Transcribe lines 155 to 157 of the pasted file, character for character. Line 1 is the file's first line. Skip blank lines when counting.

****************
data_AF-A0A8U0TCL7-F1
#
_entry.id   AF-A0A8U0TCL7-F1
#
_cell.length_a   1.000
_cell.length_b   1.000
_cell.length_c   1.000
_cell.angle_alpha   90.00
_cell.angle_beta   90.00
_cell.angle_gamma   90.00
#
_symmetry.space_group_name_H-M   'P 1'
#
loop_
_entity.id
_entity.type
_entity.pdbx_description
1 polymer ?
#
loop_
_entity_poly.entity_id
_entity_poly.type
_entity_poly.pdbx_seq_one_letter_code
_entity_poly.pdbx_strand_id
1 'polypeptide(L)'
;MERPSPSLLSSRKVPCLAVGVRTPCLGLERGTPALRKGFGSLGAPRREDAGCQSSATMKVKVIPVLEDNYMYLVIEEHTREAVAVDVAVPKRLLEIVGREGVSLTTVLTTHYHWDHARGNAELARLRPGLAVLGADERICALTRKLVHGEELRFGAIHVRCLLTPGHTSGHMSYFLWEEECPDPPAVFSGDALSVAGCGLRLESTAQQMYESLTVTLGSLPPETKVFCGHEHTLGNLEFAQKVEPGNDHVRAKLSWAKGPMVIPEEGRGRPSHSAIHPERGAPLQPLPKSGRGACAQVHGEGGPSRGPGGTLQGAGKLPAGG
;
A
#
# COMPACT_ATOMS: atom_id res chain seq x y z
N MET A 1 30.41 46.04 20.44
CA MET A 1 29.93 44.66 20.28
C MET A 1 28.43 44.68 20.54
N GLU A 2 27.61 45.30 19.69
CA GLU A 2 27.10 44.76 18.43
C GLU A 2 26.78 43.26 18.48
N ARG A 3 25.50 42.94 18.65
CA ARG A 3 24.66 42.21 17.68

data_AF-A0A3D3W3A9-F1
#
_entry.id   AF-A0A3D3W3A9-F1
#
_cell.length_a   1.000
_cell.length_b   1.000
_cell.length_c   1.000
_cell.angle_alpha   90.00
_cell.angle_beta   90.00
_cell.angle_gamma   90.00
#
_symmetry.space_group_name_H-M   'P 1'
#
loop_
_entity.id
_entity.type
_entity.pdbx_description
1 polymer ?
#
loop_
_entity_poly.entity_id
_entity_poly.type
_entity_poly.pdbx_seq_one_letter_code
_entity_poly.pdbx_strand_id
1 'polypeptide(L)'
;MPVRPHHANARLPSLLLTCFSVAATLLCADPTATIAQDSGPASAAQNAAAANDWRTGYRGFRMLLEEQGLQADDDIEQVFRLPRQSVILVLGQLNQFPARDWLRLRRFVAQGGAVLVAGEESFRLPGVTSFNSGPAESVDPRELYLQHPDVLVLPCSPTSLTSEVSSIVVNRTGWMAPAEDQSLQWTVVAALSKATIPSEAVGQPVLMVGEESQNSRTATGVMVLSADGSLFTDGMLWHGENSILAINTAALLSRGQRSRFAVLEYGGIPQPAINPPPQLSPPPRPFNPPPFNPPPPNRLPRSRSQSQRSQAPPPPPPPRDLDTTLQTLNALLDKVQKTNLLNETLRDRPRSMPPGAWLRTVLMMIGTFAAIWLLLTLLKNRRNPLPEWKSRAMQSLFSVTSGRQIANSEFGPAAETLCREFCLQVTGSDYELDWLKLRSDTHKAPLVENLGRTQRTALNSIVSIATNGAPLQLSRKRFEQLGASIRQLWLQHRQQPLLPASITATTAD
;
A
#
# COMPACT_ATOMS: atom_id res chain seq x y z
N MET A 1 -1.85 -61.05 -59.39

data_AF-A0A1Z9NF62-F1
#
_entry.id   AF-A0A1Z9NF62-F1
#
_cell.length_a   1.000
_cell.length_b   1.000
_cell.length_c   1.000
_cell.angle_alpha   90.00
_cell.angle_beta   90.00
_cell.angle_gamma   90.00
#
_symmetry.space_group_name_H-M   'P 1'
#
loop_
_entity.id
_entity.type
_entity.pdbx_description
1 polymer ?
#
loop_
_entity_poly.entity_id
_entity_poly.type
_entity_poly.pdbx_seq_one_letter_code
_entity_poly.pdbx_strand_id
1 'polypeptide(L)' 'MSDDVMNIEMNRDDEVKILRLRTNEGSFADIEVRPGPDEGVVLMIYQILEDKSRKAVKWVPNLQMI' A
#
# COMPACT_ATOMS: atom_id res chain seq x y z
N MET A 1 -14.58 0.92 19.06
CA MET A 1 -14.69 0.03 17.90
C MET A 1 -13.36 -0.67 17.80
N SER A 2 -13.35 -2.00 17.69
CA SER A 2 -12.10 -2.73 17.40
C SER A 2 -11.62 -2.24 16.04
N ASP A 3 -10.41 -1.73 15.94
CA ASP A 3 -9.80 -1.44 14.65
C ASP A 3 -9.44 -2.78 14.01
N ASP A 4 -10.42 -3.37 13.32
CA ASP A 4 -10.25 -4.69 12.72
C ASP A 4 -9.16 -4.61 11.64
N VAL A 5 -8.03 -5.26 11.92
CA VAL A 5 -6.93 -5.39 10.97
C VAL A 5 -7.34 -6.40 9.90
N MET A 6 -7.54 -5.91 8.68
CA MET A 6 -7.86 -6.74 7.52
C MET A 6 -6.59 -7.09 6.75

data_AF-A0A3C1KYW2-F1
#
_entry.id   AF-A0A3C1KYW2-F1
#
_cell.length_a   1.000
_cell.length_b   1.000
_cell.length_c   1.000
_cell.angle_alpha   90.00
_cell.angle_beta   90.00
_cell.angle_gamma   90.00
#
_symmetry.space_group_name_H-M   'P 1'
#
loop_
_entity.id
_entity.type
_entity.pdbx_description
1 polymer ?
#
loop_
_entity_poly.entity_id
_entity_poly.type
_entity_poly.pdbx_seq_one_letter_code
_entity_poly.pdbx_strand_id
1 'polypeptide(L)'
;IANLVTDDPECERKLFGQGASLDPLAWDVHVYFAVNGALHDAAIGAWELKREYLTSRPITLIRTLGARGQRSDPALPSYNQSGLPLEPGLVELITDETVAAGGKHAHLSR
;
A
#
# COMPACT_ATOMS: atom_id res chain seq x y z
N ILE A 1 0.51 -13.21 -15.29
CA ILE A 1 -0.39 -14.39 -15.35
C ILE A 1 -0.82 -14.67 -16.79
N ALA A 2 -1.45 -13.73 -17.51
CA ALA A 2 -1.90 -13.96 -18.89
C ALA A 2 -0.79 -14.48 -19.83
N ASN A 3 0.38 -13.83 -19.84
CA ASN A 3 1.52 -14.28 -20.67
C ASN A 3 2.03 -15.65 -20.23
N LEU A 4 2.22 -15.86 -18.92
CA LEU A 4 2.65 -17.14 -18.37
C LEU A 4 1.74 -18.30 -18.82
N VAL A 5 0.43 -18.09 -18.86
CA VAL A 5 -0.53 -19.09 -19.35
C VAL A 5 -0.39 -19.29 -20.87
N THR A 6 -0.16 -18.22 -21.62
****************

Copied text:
CA LEU A 4 2.65 -17.14 -18.37
C LEU A 4 1.74 -18.30 -18.82
N VAL A 5 0.43 -18.09 -18.86